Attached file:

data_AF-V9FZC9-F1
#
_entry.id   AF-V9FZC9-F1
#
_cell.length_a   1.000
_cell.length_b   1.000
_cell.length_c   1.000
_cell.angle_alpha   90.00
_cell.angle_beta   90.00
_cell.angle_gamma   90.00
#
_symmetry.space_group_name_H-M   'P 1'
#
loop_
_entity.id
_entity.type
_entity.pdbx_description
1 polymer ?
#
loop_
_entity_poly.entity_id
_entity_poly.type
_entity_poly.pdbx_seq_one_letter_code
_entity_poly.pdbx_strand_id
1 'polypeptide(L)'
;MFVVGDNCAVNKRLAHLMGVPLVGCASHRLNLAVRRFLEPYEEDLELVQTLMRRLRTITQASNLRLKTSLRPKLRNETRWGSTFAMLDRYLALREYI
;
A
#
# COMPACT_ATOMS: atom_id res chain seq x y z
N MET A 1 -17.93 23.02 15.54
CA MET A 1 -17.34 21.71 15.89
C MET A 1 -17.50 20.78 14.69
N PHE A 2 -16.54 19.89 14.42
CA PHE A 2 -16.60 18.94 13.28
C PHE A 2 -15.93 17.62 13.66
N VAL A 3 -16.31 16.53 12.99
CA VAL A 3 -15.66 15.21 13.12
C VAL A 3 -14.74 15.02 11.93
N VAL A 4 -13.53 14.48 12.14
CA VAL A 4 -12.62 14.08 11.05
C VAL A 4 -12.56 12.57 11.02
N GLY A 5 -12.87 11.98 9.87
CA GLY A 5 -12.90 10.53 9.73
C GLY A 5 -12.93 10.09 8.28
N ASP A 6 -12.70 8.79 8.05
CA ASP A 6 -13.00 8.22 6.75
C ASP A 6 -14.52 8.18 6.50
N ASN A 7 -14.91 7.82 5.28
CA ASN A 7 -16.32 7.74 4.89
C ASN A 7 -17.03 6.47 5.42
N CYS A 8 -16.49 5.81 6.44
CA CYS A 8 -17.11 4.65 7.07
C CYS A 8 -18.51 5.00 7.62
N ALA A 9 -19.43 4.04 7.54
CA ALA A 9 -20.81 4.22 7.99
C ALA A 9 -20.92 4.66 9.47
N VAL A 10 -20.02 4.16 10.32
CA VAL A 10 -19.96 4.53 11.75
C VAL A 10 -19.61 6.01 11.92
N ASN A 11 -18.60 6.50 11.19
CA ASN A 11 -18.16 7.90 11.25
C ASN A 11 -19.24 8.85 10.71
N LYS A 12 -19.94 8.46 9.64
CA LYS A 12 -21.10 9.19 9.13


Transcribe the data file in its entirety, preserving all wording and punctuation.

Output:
data_AF-V9FZC9-F1
#
_entry.id   AF-V9FZC9-F1
#
_cell.length_a   1.000
_cell.length_b   1.000
_cell.length_c   1.000
_cell.angle_alpha   90.00
_cell.angle_beta   90.00
_cell.angle_gamma   90.00
#
_symmetry.space_group_name_H-M   'P 1'
#
loop_
_entity.id
_entity.type
_entity.pdbx_description
1 polymer ?
#
loop_
_entity_poly.entity_id
_entity_poly.type
_entity_poly.pdbx_seq_one_letter_code
_entity_poly.pdbx_strand_id
1 'polypeptide(L)'
;MFVVGDNCAVNKRLAHLMGVPLVGCASHRLNLAVRRFLEPYEEDLELVQTLMRRLRTITQASNLRLKTSLRPKLRNETRWGSTFAMLDRYLALREYI
;
A
#
# COMPACT_ATOMS: atom_id res chain seq x y z
N MET A 1 -17.93 23.02 15.54
CA MET A 1 -17.34 21.71 15.89
C MET A 1 -17.50 20.78 14.69
N PHE A 2 -16.54 19.89 14.42
CA PHE A 2 -16.60 18.94 13.28
C PHE A 2 -15.93 17.62 13.66
N VAL A 3 -16.31 16.53 12.99
CA VAL A 3 -15.66 15.21 13.12
C VAL A 3 -14.74 15.02 11.93
N VAL A 4 -13.53 14.48 12.14
CA VAL A 4 -12.62 14.08 11.05
C VAL A 4 -12.56 12.57 11.02
N GLY A 5 -12.87 11.98 9.87
CA GLY A 5 -12.90 10.53 9.73
C GLY A 5 -12.93 10.09 8.28
N ASP A 6 -12.70 8.79 8.05
CA ASP A 6 -13.00 8.22 6.75
C ASP A 6 -14.52 8.18 6.50
N ASN A 7 -14.91 7.82 5.28
CA ASN A 7 -16.32 7.74 4.89
C ASN A 7 -17.03 6.47 5.42
N CYS A 8 -16.49 5.81 6.44
CA CYS A 8 -17.11 4.65 7.07
C CYS A 8 -18.51 5.00 7.62
N ALA A 9 -19.43 4.04 7.54
CA ALA A 9 -20.81 4.22 7.99
C ALA A 9 -20.92 4.66 9.47
N VAL A 10 -20.02 4.16 10.32
CA VAL A 10 -19.96 4.53 11.75
C VAL A 10 -19.61 6.01 11.92
N ASN A 11 -18.60 6.50 11.19
CA ASN A 11 -18.16 7.90 11.25
C ASN A 11 -19.24 8.85 10.71
N LYS A 12 -19.94 8.46 9.64
CA LYS A 12 -21.10 9.19 9.13